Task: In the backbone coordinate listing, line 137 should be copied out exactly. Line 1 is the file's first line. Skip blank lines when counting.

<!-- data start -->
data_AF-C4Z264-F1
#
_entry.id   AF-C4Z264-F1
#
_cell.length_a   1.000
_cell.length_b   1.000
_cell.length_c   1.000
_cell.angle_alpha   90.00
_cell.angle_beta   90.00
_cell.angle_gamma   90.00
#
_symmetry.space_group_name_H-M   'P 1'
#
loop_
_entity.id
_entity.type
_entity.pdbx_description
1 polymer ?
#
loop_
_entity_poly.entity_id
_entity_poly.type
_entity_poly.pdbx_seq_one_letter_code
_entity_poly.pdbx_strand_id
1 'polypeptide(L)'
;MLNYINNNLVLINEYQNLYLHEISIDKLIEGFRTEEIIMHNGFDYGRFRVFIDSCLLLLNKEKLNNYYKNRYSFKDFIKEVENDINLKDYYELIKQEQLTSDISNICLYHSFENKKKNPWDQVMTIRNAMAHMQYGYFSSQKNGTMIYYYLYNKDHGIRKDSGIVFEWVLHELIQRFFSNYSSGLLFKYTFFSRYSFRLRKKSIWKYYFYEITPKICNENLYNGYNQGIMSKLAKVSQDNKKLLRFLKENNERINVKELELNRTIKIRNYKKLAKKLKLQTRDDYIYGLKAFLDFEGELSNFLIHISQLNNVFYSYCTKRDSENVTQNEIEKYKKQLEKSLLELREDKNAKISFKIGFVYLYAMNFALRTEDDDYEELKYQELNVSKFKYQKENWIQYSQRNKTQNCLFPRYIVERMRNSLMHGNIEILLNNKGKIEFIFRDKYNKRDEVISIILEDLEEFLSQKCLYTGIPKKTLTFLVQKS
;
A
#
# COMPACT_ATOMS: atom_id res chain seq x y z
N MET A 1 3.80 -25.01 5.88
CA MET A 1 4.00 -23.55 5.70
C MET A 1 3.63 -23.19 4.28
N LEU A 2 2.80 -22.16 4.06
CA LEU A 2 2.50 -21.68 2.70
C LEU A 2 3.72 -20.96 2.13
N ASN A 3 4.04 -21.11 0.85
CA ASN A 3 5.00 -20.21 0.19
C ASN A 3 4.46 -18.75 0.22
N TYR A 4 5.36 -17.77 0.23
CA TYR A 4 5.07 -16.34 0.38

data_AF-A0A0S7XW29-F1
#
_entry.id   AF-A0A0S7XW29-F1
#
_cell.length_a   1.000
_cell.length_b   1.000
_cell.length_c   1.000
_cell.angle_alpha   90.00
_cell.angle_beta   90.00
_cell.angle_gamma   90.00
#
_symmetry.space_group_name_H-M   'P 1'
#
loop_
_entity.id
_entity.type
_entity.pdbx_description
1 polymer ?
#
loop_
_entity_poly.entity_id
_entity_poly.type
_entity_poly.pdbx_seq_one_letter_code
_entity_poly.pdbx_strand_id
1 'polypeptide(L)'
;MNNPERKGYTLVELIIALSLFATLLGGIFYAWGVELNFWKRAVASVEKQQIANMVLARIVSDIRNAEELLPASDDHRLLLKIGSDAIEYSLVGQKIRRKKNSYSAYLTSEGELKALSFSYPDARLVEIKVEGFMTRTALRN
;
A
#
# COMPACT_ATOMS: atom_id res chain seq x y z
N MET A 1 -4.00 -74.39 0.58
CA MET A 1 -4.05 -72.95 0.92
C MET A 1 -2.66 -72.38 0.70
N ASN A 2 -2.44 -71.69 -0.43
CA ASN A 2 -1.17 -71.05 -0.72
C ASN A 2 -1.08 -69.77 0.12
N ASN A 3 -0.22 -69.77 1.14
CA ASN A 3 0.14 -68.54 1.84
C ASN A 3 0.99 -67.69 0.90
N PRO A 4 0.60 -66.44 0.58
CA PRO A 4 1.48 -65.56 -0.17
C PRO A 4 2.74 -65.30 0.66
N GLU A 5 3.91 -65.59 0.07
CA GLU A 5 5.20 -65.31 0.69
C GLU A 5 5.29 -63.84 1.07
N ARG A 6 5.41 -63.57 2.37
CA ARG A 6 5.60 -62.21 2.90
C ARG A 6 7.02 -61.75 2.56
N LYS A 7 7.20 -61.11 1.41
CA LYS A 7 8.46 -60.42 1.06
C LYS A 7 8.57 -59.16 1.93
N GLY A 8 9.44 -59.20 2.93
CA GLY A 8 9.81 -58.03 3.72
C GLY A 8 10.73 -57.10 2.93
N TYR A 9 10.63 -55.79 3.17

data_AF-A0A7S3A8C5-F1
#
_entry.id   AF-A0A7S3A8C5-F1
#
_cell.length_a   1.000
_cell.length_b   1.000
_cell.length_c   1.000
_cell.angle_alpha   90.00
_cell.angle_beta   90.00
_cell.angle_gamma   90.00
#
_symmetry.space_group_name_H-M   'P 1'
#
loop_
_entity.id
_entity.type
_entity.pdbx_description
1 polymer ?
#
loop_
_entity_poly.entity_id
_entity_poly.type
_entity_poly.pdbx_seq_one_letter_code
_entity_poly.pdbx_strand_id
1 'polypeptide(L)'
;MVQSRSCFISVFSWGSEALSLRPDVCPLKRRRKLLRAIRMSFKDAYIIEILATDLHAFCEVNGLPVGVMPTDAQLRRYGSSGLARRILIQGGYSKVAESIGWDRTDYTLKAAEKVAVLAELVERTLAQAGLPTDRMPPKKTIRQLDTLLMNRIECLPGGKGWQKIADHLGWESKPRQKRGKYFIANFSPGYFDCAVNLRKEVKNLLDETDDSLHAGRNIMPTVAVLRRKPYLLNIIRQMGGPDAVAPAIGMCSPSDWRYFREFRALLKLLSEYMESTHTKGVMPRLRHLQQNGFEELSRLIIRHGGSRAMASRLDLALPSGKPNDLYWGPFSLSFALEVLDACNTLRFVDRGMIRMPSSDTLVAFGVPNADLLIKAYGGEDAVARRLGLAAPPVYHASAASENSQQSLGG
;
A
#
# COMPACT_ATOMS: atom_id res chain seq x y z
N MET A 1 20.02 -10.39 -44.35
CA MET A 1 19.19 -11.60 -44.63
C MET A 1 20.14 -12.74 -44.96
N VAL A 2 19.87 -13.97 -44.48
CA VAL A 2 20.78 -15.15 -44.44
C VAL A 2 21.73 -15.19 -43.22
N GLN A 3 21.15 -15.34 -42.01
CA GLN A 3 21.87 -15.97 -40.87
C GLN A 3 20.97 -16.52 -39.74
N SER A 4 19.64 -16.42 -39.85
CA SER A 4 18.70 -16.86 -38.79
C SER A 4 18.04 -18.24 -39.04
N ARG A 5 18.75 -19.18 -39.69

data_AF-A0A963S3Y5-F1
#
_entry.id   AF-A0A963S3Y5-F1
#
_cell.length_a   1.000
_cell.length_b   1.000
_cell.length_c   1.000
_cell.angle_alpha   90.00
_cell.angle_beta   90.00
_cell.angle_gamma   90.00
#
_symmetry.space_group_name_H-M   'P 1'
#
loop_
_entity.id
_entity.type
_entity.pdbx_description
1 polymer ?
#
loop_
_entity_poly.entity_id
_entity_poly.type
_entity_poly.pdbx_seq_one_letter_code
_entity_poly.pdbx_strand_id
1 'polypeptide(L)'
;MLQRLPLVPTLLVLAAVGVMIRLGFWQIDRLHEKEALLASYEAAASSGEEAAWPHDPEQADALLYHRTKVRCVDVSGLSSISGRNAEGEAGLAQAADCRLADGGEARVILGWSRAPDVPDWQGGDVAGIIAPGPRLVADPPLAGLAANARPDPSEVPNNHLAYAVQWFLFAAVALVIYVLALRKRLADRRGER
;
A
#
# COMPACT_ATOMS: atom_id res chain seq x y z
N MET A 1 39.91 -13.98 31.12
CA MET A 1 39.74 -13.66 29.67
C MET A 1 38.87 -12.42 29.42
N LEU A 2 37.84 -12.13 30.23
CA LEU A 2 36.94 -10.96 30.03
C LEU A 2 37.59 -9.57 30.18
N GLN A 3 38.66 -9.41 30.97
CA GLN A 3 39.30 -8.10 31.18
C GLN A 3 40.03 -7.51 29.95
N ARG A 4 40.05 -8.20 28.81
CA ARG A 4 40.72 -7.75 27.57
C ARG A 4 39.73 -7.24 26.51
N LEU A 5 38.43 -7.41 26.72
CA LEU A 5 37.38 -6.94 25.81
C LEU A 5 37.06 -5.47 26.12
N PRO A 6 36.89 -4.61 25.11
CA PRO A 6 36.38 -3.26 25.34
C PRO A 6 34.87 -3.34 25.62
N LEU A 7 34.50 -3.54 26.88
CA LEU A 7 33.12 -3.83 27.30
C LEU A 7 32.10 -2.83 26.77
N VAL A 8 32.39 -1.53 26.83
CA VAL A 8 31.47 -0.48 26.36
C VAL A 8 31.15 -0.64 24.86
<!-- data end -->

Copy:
CA SER A 4 18.70 -16.86 -38.79